Seaweed cultivation: potential and challenges of crop domestication at an unprecedented pace

Rafael Loureiro, Claire M. M. Gachon, Celine Rebours

Research output: Contribution to journalArticlepeer-review

116 Citations (Scopus)


The world-wide macroalgae industry has increased exponentially over the last 50 years (Fig. 1a,b). Between 2003 and 2012, its average annual growth was 8.13% in quantity and 6.84% in monetary value (Food & Agriculture Organization of the United Nations (FAO), 2014). Over 23 million tons of macroalgae (dry weight) were produced in 2012 from aquaculture, which were worth over six billion US$ (FAO, 2014). Approximately 83% of this biomass is produced for human consumption while the remainder is used as fertilizers, animal feed additives and, increasingly, for medical and biotechnological applications (McHugh, 2003). Seaweeds have a recognized, though barely tapped, potential for biotechnology and sustainable biofuel production (Mazarrasa et al., 2014). A more immediate expansion driver is, however, the prospect that seaweed farming can improve the sustainability of fish and shellfish aquaculture in integrated cultivation initiatives. With an annual growth of nearly 10%, fish farming is the world's most rapidly expanding food-producing sector and represents a major stake toward meeting soaring global demand for dietary proteins over the forthcoming decades (Duarte et al., 2009). Encouraged by these demands and efforts to reduce the over-exploitation of natural resources, seaweed farming has been expanding rapidly across several continents from south-eastern Asia down to South America and East Africa (Rebours et al., 2014).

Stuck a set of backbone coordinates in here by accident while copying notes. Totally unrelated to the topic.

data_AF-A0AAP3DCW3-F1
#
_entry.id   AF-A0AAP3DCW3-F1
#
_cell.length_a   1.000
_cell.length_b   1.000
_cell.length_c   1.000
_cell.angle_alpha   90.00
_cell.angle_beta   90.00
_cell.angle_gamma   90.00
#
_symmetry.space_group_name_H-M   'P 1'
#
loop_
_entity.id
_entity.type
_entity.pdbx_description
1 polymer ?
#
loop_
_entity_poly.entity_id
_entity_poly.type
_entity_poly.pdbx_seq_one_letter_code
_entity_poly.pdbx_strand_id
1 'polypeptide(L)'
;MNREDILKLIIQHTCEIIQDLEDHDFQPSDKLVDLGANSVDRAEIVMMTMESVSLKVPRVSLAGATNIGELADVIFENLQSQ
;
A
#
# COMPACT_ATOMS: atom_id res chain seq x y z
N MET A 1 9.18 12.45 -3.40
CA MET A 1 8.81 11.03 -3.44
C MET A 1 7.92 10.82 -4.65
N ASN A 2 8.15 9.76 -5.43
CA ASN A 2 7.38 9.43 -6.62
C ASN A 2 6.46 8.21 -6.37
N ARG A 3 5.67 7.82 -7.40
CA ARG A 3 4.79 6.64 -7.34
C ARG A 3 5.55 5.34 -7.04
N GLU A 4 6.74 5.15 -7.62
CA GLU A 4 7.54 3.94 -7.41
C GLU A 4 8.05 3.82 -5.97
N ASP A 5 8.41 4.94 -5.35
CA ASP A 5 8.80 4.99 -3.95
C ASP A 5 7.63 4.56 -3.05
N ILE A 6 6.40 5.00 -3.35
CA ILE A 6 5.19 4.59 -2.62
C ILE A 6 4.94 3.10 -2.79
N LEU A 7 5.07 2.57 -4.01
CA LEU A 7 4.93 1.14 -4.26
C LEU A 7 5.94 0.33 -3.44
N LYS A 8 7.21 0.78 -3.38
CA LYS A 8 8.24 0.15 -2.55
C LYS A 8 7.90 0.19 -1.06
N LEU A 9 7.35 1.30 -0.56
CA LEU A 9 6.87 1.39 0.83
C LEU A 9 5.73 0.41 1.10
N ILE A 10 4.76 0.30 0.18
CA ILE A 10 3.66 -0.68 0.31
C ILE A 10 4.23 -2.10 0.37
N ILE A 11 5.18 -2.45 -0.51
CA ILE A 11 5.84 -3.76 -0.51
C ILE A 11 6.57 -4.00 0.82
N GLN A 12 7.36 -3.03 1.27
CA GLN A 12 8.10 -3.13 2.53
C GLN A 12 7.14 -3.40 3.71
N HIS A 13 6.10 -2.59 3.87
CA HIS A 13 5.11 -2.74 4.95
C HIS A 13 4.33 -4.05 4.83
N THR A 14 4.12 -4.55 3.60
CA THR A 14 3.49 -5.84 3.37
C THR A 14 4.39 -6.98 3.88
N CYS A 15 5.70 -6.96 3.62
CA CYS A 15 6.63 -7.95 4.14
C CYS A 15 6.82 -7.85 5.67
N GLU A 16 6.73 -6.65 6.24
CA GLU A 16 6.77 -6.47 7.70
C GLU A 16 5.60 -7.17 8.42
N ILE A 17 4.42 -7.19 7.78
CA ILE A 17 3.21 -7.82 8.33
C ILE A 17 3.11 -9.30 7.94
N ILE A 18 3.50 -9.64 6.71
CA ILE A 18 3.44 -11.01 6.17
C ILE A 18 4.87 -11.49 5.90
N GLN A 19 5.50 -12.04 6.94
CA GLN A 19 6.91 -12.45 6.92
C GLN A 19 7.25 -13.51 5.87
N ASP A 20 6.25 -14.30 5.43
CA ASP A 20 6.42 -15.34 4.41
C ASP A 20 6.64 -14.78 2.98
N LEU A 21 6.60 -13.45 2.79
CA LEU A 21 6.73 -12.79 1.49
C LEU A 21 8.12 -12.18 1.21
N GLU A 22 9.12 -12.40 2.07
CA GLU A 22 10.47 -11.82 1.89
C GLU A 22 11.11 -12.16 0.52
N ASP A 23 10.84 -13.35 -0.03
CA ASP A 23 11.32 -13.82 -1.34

Original languageEnglish
Pages (from-to)489-492
Number of pages3
JournalNew Phytologist
Issue number2
Publication statusPublished - 15 Jan 2015


  • breeding
  • disease management
  • macroalgae
  • population genetics
  • seaweed domestication


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